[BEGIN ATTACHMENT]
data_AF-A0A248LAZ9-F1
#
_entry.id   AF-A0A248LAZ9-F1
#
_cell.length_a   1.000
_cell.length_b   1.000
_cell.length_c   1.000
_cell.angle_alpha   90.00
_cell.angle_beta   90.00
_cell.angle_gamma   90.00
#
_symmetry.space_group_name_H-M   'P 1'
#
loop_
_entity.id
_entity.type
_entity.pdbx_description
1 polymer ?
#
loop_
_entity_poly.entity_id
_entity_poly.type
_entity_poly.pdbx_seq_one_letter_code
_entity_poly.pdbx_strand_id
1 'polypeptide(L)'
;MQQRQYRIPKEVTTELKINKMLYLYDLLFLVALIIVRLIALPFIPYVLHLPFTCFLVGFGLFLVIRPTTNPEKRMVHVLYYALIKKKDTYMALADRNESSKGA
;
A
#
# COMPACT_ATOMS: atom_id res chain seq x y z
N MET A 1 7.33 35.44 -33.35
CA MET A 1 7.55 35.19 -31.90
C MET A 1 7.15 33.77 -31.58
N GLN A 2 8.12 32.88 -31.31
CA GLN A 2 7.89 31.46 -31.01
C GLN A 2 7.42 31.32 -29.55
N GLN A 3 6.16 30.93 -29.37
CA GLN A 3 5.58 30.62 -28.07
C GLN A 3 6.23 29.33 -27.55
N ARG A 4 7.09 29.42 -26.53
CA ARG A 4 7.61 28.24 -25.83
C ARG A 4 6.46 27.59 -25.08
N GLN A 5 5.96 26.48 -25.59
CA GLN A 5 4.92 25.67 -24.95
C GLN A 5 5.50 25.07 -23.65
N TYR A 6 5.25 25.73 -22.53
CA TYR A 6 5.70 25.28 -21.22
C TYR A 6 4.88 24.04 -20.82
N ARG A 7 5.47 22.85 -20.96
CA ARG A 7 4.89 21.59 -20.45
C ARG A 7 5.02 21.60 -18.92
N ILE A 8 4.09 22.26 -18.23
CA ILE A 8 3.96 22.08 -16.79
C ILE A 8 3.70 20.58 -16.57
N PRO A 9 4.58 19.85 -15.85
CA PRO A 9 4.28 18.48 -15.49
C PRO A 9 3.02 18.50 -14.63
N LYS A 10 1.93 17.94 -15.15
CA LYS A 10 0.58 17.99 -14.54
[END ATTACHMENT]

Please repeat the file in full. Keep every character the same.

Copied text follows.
data_AF-A0A248LAZ9-F1
#
_entry.id   AF-A0A248LAZ9-F1
#
_cell.length_a   1.000
_cell.length_b   1.000
_cell.length_c   1.000
_cell.angle_alpha   90.00
_cell.angle_beta   90.00
_cell.angle_gamma   90.00
#
_symmetry.space_group_name_H-M   'P 1'
#
loop_
_entity.id
_entity.type
_entity.pdbx_description
1 polymer ?
#
loop_
_entity_poly.entity_id
_entity_poly.type
_entity_poly.pdbx_seq_one_letter_code
_entity_poly.pdbx_strand_id
1 'polypeptide(L)'
;MQQRQYRIPKEVTTELKINKMLYLYDLLFLVALIIVRLIALPFIPYVLHLPFTCFLVGFGLFLVIRPTTNPEKRMVHVLYYALIKKKDTYMALADRNESSKGA
;
A
#
# COMPACT_ATOMS: atom_id res chain seq x y z
N MET A 1 7.33 35.44 -33.35
CA MET A 1 7.55 35.19 -31.90
C MET A 1 7.15 33.77 -31.58
N GLN A 2 8.12 32.88 -31.31
CA GLN A 2 7.89 31.46 -31.01
C GLN A 2 7.42 31.32 -29.55
N GLN A 3 6.16 30.93 -29.37
CA GLN A 3 5.58 30.62 -28.07
C GLN A 3 6.23 29.33 -27.55
N ARG A 4 7.09 29.42 -26.53
CA ARG A 4 7.61 28.24 -25.83
C ARG A 4 6.46 27.59 -25.08
N GLN A 5 5.96 26.48 -25.59
CA GLN A 5 4.92 25.67 -24.95
C GLN A 5 5.50 25.07 -23.65
N TYR A 6 5.25 25.73 -22.53
CA TYR A 6 5.70 25.28 -21.22
C TYR A 6 4.88 24.04 -20.82
N ARG A 7 5.47 22.85 -20.96
CA ARG A 7 4.89 21.59 -20.45
C ARG A 7 5.02 21.60 -18.92
N ILE A 8 4.09 22.26 -18.23
CA ILE A 8 3.96 22.08 -16.79
C ILE A 8 3.70 20.58 -16.57
N PRO A 9 4.58 19.85 -15.85
CA PRO A 9 4.28 18.48 -15.49
C PRO A 9 3.02 18.50 -14.63
N LYS A 10 1.93 17.94 -15.15
CA LYS A 10 0.58 17.99 -14.54